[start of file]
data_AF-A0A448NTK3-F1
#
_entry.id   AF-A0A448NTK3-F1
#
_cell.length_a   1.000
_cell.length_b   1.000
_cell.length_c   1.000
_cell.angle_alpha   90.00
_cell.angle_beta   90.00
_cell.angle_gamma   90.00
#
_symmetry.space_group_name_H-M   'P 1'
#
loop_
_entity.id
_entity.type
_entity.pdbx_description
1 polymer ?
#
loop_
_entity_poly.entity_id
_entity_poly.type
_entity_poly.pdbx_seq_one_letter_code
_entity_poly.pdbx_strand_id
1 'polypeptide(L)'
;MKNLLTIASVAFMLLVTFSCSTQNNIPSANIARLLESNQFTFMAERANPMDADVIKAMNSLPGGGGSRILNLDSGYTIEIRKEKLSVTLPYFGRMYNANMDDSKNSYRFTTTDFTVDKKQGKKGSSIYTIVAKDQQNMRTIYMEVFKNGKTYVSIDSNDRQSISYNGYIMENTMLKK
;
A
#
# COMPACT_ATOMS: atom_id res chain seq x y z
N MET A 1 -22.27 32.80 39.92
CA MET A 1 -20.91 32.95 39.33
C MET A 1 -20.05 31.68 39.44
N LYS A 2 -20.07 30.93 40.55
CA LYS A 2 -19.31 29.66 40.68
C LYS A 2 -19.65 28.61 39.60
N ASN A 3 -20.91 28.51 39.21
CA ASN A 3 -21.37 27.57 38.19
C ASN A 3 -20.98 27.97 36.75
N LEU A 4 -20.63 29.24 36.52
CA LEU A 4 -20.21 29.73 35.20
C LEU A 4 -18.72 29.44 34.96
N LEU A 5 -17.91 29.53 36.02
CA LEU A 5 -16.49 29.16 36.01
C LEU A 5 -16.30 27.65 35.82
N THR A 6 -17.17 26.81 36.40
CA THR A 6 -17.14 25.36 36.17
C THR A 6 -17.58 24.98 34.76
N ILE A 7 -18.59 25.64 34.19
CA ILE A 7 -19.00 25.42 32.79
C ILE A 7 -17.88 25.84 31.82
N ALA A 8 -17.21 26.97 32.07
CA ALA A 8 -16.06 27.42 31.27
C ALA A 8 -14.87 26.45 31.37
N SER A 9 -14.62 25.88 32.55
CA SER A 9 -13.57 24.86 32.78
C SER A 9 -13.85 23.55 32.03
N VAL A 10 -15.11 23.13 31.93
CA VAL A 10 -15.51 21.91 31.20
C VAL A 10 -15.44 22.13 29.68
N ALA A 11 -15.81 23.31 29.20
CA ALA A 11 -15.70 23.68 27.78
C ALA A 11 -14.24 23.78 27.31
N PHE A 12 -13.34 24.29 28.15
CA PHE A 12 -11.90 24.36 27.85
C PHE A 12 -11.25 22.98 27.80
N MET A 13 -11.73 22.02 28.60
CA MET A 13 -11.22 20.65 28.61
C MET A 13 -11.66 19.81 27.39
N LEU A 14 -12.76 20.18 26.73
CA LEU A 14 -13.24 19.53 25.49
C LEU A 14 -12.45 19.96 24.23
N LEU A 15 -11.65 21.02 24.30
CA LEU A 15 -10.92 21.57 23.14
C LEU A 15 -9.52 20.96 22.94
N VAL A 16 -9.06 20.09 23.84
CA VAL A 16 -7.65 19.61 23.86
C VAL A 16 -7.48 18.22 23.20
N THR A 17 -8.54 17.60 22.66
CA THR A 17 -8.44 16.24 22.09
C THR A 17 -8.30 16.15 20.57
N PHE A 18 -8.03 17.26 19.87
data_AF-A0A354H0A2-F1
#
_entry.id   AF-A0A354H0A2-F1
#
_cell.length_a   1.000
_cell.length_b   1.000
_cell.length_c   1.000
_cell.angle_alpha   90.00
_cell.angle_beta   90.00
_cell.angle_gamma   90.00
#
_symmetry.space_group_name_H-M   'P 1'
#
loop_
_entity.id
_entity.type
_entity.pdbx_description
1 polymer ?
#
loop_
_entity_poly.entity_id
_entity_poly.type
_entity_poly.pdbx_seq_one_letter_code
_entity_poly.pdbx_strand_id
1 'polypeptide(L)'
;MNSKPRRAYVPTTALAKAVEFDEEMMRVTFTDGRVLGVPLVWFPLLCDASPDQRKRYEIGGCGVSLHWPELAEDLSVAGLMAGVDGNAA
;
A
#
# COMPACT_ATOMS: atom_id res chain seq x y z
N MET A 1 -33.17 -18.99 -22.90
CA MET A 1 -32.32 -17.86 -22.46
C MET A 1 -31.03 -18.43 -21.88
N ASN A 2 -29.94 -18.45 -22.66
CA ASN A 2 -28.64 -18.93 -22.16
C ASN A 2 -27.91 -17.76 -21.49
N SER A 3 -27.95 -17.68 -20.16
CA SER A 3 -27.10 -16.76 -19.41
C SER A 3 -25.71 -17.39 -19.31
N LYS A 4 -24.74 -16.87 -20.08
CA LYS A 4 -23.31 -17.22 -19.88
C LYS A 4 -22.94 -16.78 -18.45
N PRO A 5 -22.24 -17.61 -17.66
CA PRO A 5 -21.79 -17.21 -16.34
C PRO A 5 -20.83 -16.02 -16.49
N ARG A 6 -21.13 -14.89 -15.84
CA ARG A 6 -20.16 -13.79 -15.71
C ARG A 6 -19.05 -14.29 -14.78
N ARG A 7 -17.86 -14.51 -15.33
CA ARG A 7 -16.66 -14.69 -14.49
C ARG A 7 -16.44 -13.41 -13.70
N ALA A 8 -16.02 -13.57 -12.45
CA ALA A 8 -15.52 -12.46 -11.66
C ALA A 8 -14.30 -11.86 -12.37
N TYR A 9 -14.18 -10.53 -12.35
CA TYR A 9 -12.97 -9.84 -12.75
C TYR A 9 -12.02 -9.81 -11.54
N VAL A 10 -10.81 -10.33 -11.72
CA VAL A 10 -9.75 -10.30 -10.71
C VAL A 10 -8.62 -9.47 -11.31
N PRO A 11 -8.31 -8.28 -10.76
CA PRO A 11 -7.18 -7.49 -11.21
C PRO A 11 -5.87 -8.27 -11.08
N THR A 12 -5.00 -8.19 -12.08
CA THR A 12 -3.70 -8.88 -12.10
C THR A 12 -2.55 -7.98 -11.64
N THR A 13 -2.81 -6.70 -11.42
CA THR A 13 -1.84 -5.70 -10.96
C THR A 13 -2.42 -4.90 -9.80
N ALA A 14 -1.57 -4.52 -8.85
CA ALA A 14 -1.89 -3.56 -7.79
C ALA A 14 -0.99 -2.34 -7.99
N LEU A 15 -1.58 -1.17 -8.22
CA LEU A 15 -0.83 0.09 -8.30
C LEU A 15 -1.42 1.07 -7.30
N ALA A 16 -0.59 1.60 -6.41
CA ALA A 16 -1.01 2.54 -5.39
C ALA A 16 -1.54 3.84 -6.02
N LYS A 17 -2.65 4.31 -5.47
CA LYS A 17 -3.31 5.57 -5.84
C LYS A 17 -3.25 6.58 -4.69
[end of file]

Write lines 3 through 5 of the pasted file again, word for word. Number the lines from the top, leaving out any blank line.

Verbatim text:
_entry.id   AF-A0A448NTK3-F1
#
_cell.length_a   1.000